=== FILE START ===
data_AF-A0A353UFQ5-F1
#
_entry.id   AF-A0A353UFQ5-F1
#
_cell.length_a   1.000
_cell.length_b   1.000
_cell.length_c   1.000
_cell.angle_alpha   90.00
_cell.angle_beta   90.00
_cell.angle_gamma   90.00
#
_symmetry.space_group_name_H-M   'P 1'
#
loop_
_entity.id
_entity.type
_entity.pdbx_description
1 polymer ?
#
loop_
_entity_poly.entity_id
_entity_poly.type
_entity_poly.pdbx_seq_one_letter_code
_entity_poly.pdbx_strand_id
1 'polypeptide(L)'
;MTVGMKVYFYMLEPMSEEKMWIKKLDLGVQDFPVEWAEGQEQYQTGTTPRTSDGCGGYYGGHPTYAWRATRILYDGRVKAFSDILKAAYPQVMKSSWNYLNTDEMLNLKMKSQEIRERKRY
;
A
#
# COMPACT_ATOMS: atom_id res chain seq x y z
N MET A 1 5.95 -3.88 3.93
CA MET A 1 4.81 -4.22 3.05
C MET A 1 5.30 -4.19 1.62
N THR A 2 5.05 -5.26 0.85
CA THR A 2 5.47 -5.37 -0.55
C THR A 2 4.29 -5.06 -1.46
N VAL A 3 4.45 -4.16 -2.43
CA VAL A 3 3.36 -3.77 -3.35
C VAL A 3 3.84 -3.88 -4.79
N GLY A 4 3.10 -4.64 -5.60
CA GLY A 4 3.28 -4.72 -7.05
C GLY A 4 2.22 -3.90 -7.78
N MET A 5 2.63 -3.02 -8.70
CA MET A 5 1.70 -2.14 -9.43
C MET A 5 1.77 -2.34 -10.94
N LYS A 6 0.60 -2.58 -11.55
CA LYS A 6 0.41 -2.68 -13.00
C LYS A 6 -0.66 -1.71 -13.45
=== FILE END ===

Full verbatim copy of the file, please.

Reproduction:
data_AF-A0A353UFQ5-F1
#
_entry.id   AF-A0A353UFQ5-F1
#
_cell.length_a   1.000
_cell.length_b   1.000
_cell.length_c   1.000
_cell.angle_alpha   90.00
_cell.angle_beta   90.00
_cell.angle_gamma   90.00
#
_symmetry.space_group_name_H-M   'P 1'
#
loop_
_entity.id
_entity.type
_entity.pdbx_description
1 polymer ?
#
loop_
_entity_poly.entity_id
_entity_poly.type
_entity_poly.pdbx_seq_one_letter_code
_entity_poly.pdbx_strand_id
1 'polypeptide(L)'
;MTVGMKVYFYMLEPMSEEKMWIKKLDLGVQDFPVEWAEGQEQYQTGTTPRTSDGCGGYYGGHPTYAWRATRILYDGRVKAFSDILKAAYPQVMKSSWNYLNTDEMLNLKMKSQEIRERKRY
;
A
#
# COMPACT_ATOMS: atom_id res chain seq x y z
N MET A 1 5.95 -3.88 3.93
CA MET A 1 4.81 -4.22 3.05
C MET A 1 5.30 -4.19 1.62
N THR A 2 5.05 -5.26 0.85
CA THR A 2 5.47 -5.37 -0.55
C THR A 2 4.29 -5.06 -1.46
N VAL A 3 4.45 -4.16 -2.43
CA VAL A 3 3.36 -3.77 -3.35
C VAL A 3 3.84 -3.88 -4.79
N GLY A 4 3.10 -4.64 -5.60
CA GLY A 4 3.28 -4.72 -7.05
C GLY A 4 2.22 -3.90 -7.78
N MET A 5 2.63 -3.02 -8.70
CA MET A 5 1.70 -2.14 -9.43
C MET A 5 1.77 -2.34 -10.94
N LYS A 6 0.60 -2.58 -11.55
CA LYS A 6 0.41 -2.68 -13.00
C LYS A 6 -0.66 -1.71 -13.45